I went to the mosque on February 8th 2019, with an inquisitive mind and returned home as a Muslim. As I was about to start a 6 months internship in Nottingham. I reunited with a high school friend, I hadn’t seen for over 4 years after leaving Nairobi, although we were only a few hours away by train from each other. Two days into our reunion, I abruptly decided to call the nearest mosque that Friday, I was told by Sufi (a brother at the mosque) that I should come at 3 pm after Friday prayers and the imam will answer any questions I have.
I had been curiously researching Islam for 3 months. A Saudi friend I had met through mutual friends at a summer barbecue in 2018 would tell me things I found outrageous then, like listen to the recitation of the Quran when I had headaches instead of taking Panadol, and when I was restless or stressed, best advice I’ve ever heard although I thought he was crazy to suggest it, it did wonders. Simply listening to the Quran was calming, even though I didn’t understand. I then started searching differences of Christianity to Islam and the shocking revelation was reading about the Prophet Muhammad (peace and blessings of Allah be upon him). As I read the similarities yet distinct differences between religions. I fell more and more in love with The Prophet for a reason unknown to me, as he was a prophet I have never heard of in my previous religion.
When I arrived at the mosque, funnily, I didn’t remember having any questions for the imam, I was emotional. I went on venting about reasons for my frustration of distancing myself from God. I needed spiritual guidance and been lost for over a decade. Weirdly, I don’t usually make myself vulnerable to people I just met five minutes ago. If the imam had not suggested I take the shahadah, I don’t think I would have returned to do so, because it wasn’t my intention when I left my house.
Before leaving for the mosque, my friend told me I couldn’t go to the mosque without a hijab. As defiant as I could be, I said, “I’m only going to ask questions, I don’t need to wear the hijab.” Since it was winter, I wore a scarf around my neck with the intention that if I needed to cover my head, I would use my scarf.
After taking the shahadah, I remembered returning home still covered up, it just felt right. After I tried on a proper hijab, I started to name my reflection with whatever Muslim name I felt was suitable, as I wasn’t used to the woman I was seeing.
I was invited by the imam to a class the next day (Saturday morning) and Sufi offered to give me a ride. Since I didn’t have a hijab, he came earlier with some. Reality had not yet kicked in, I’m now a Muslim even with the hijab on. After the class ended, the sister next to me (Sufi’s sister-in-law) knew I was a revert and invited me the next day, Sunday, to dhikr with the sisters. I attended and was overwhelmed by the gifts I got. From prayer mats, praying gowns, prayer beads, books, and mobile numbers suggesting I get in touch whenever I needed them. I learned that another sister conducts classes from Monday to Thursday evening. I was at the mosque every day after taking the shahadah, including Fridays for the Friday Prayer. Reality had only kicked in when I was making sure my food was halal, waking up at early hours to pray, and my phone was filled with apps I would’ve never downloaded as a non-Muslim.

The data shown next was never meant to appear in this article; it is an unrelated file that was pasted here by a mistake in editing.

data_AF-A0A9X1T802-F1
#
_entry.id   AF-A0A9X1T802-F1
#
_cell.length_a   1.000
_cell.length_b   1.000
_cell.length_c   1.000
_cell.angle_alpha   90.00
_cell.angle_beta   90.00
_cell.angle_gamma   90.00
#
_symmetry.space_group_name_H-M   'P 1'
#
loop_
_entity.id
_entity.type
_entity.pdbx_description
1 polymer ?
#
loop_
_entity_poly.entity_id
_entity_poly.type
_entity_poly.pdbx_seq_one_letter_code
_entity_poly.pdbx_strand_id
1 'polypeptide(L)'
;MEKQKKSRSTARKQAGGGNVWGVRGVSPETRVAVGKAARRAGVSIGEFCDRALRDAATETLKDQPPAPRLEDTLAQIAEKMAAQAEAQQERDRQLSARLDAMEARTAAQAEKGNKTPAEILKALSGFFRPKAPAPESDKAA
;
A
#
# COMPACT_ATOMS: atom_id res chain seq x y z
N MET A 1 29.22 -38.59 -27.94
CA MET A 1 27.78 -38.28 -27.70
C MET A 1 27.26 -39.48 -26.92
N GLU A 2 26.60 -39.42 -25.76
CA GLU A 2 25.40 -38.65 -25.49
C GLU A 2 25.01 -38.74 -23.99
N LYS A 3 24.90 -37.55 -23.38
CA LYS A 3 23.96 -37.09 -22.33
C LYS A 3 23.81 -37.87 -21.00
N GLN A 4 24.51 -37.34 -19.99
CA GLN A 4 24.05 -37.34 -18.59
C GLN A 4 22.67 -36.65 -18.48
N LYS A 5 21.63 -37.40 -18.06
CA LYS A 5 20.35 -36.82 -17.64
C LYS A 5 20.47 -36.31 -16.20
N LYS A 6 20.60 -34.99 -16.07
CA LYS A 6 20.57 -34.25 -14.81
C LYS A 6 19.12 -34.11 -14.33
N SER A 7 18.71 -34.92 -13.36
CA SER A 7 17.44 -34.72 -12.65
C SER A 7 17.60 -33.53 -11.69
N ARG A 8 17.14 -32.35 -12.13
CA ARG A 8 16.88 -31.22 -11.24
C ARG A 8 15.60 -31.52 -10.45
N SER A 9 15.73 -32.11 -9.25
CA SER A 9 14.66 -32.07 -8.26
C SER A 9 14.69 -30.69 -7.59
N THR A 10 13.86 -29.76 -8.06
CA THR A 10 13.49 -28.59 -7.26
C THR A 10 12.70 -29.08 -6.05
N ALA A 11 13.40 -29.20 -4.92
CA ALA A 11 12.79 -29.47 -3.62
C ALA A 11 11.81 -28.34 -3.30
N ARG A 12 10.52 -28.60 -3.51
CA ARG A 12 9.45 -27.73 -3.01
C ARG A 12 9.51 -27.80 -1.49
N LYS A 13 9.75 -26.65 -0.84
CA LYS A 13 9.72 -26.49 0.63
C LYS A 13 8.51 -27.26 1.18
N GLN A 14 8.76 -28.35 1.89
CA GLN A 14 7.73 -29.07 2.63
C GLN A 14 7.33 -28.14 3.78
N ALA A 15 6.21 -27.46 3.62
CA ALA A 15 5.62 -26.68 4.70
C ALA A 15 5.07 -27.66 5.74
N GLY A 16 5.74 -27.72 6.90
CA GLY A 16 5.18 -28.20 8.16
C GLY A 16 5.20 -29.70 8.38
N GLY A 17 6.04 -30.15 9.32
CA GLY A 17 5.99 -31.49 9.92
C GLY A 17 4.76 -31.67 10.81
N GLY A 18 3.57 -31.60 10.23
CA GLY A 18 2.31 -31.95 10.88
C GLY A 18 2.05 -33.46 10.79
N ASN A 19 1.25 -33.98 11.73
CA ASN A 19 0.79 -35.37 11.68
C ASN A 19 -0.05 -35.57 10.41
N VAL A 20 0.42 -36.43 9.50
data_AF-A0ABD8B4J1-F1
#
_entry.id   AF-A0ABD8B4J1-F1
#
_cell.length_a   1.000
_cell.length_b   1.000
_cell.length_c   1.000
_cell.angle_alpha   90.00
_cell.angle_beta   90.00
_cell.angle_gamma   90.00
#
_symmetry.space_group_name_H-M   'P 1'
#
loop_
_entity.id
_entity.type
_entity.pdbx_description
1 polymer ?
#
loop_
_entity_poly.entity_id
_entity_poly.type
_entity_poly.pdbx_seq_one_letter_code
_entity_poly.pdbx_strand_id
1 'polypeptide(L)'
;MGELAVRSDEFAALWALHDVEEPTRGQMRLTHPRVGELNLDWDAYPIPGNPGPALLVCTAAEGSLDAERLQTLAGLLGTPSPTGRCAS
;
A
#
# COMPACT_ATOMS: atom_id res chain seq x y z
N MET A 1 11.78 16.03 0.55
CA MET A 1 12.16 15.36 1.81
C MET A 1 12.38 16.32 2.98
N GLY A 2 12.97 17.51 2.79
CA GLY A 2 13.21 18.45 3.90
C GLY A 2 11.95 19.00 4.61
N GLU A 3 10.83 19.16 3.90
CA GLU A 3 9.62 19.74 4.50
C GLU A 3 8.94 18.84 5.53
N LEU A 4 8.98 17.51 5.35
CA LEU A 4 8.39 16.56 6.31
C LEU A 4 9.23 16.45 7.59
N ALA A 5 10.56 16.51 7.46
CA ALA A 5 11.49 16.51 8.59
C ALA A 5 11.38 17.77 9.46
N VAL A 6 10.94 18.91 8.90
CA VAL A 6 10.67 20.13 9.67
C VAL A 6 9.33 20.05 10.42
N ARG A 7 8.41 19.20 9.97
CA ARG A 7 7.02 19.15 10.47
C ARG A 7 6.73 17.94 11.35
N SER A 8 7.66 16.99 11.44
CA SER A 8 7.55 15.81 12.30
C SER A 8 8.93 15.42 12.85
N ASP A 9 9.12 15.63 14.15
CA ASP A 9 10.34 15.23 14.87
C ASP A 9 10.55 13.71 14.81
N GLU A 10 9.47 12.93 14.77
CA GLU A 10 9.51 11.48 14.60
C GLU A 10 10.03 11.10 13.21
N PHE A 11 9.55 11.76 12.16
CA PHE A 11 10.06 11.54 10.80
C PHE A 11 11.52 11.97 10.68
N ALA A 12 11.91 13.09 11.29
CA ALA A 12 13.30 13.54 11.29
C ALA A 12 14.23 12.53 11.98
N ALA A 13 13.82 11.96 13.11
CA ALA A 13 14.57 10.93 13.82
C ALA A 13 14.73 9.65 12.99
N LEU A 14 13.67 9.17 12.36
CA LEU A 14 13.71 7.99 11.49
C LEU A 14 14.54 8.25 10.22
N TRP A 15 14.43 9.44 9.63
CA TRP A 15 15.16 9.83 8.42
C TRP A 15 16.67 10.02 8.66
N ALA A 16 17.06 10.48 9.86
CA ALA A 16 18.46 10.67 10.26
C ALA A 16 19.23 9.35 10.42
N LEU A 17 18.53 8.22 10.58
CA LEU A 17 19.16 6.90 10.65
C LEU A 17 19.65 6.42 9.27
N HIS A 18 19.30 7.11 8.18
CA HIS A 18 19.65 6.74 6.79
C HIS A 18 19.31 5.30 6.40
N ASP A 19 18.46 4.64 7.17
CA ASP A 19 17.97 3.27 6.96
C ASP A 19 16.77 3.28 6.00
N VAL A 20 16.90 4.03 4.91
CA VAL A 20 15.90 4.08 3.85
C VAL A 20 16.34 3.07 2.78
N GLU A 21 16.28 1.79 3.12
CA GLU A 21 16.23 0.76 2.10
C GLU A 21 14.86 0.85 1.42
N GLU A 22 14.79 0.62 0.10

My friends were supportive but not sure of what I had done, since they were used to me making unanticipated absurd decisions. I didn’t tell anyone one in my family until two months later. I told my dad, as shocking as it was, he had loads of questions but those were questions I had prepared answers for two months ago. He wasn’t convinced, he was heartbroken, very inconsiderate, and not understanding as much as I would love him to. I had to isolate myself for a few more months to learn more about my new religion. I wasn’t the first child of my parents to revert, I have an older brother who did way before me, but he wasn’t an influence to my conversion. I used that as leverage to get my dad’s support, but as his youngest daughter, wearing the hijab which clearly showed I’m a Muslim, unlike my brother, my dad’s concerns were more of me being discriminated as a Black Hijabi woman, to thinking I’m being radicalised, to thinking I did it for a guy. He was thinking about everything else apart from the reasons I gave him. He eventually had to support me as I can be stubborn and there’s a part of him that is scared to lose his daughter. I was going months without speaking to him until he was ready to support me.
I was willing to lose my relationship with my dad and not lose the relationship I had gained with God. A relationship I had lost at the ruthlessness of my own justification, as I felt unloved by God. I felt He was giving me battles I wasn’t equipped for. Battles I had to be a solitary soldier for. I felt like He never made Himself known to me, inquisitive as He made me, I was born in a religion that wasn’t answering every question I had. It took me over a decade of entangling, with Satan leading me astray.
But it took only a few seconds to regain faith, trust, to feel His love, and His presence. I’ve been a disbeliever before, been there, done that. I wasn’t willing to live another second purposelessly if that meant losing my family’s support. The journey has been a sturdy one, but it’s a journey I wouldn’t trade for anything.
 A term some use for conversion to Islam.
 Remembrance and mentioning of God’s name in the form of invocations.
 A woman who wears the hijab.